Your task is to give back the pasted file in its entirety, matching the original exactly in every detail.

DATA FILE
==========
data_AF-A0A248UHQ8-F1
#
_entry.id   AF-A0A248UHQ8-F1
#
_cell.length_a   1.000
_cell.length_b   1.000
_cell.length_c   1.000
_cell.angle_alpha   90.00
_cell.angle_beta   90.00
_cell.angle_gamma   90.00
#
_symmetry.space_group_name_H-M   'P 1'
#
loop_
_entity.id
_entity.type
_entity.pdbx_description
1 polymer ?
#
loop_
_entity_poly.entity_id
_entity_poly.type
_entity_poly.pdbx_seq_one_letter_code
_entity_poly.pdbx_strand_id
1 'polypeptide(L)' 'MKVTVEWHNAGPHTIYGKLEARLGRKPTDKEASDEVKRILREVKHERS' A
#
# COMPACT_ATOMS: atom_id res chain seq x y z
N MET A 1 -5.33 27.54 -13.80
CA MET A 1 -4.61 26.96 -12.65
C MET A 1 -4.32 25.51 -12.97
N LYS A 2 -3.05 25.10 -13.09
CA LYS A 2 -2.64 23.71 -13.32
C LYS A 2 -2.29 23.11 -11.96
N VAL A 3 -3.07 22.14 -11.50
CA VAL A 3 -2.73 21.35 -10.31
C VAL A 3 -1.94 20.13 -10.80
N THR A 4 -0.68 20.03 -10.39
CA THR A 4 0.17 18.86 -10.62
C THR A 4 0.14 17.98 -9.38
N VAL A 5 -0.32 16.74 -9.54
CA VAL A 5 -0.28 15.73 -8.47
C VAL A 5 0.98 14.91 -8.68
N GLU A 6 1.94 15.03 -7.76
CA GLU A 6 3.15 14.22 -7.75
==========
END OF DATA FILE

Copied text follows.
data_AF-A0A248UHQ8-F1
#
_entry.id   AF-A0A248UHQ8-F1
#
_cell.length_a   1.000
_cell.length_b   1.000
_cell.length_c   1.000
_cell.angle_alpha   90.00
_cell.angle_beta   90.00
_cell.angle_gamma   90.00
#
_symmetry.space_group_name_H-M   'P 1'
#
loop_
_entity.id
_entity.type
_entity.pdbx_description
1 polymer ?
#
loop_
_entity_poly.entity_id
_entity_poly.type
_entity_poly.pdbx_seq_one_letter_code
_entity_poly.pdbx_strand_id
1 'polypeptide(L)' 'MKVTVEWHNAGPHTIYGKLEARLGRKPTDKEASDEVKRILREVKHERS' A
#
# COMPACT_ATOMS: atom_id res chain seq x y z
N MET A 1 -5.33 27.54 -13.80
CA MET A 1 -4.61 26.96 -12.65
C MET A 1 -4.32 25.51 -12.97
N LYS A 2 -3.05 25.10 -13.09
CA LYS A 2 -2.64 23.71 -13.32
C LYS A 2 -2.29 23.11 -11.96
N VAL A 3 -3.07 22.14 -11.50
CA VAL A 3 -2.73 21.35 -10.31
C VAL A 3 -1.94 20.13 -10.80
N THR A 4 -0.68 20.03 -10.39
CA THR A 4 0.17 18.86 -10.62
C THR A 4 0.14 17.98 -9.38
N VAL A 5 -0.32 16.74 -9.54
CA VAL A 5 -0.28 15.73 -8.47
C VAL A 5 0.98 14.91 -8.68
N GLU A 6 1.94 15.03 -7.76
CA GLU A 6 3.15 14.22 -7.75